How To Install Baseboard Molding

If you ask any expert for advice on how to install baseboard molding, you'll likely hear the basics of how to attach your trim to the wall. If you look up molding installation in a book, you'll see diagram after diagram on how to cut your corner joints. However, what you might not learn from either of these sources are the simple tips and tricks that can help you give your baseboard molding a professional look.

If you follow these easy tips during the preliminary steps of the job, you'll be sure to go beyond the basics to get the kind of polished, clean baseboard moldings that will give your room a finished look. In fact, once you've got the job done, you just might find that your friends and neighbors start asking you for advice on how to install baseboard molding.

Buying Materials

The finer details of how to install baseboard molding is moot if you don't have the right materials for the job. Getting the right wood in this first crucial step can have a huge impact on the final outcome of your project, so make sure you come home from your shopping trip with the best possible trim for your unique task.

As a rule of thumb, shop for a total of ten percent more yardage than what you think you will need to cover each wall. This will give you a cushion in case there are errors or problems. Inspect each piece to make sure it is free of minor imperfections like knots, uneven grain, or dents, and larger problems like twists or warps in the wood.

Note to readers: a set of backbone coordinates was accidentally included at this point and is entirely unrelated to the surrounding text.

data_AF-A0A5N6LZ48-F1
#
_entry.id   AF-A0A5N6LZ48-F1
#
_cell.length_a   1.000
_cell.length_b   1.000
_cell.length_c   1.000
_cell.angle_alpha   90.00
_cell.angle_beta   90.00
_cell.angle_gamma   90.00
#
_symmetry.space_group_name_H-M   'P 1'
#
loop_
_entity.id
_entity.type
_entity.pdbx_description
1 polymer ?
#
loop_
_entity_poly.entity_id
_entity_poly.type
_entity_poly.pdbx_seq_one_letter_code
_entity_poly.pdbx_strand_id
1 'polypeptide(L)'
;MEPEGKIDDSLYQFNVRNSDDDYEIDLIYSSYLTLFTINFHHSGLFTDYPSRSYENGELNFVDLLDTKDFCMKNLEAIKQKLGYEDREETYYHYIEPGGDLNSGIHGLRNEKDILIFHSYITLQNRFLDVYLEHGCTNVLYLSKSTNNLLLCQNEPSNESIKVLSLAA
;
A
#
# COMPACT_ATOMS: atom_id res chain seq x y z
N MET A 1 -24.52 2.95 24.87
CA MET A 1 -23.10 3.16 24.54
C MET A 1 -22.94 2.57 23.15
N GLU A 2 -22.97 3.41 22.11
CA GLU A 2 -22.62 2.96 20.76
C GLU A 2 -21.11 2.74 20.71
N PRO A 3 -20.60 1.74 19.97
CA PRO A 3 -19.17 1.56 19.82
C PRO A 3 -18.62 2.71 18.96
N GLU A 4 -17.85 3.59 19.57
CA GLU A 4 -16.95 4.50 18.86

The Right Length For The Job

When choosing baseboard trim lengths, shop with a plan to minimize splicing. Baseboard trim is available at most outlets in sizes ranging up to sixteen feet, so if you're working in a small room you may not have to splice at all. Although buying long sizes is rarely the most cost-effective choice, the quality of the outcome often depends on choosing long pieces, as the greater the amount of splices you need to make, the less elegant your molding will look.

However, be aware that longer molding pieces can be vulnerable to warping over time, so if you are working in a large room a few splices can help you maintain stability and strength. Finding a balance between too many and too few splices is one of the most difficult parts of learning how to install baseboard molding, so if you can, try to get an expert to take a look at your room and make recommendations. This will only take a short consultation, and the fee you pay for the advice can prove to be worth its weight in gold.

Prepping Your Trim

Finish painting or staining every piece of your trim and allow it all to dry before you start to install any of your baseboard molding. This way you can be certain that it is all uniform in look and texture before it is too late to correct any flaws in the finish. Once the molding is decorated and dry, pre-drill your nail holes. This is especially important if you are working with delicate wood that is vulnerable to cracks or splits.

Pre-drilling can add a few extra hours of prep work to the job, but it often saves you a lot of time later on. Especially if you are first learning how to install baseboard molding, making the holes in the wood before you start working with the wall will help you avoid splitting and cracking.

Measuring distances is much easier on a work table than on a wall, so by marking and drilling your holes now, you will be sure that your nails are evenly and symmetrically spaced, so that your molding achieves a clean appearance.

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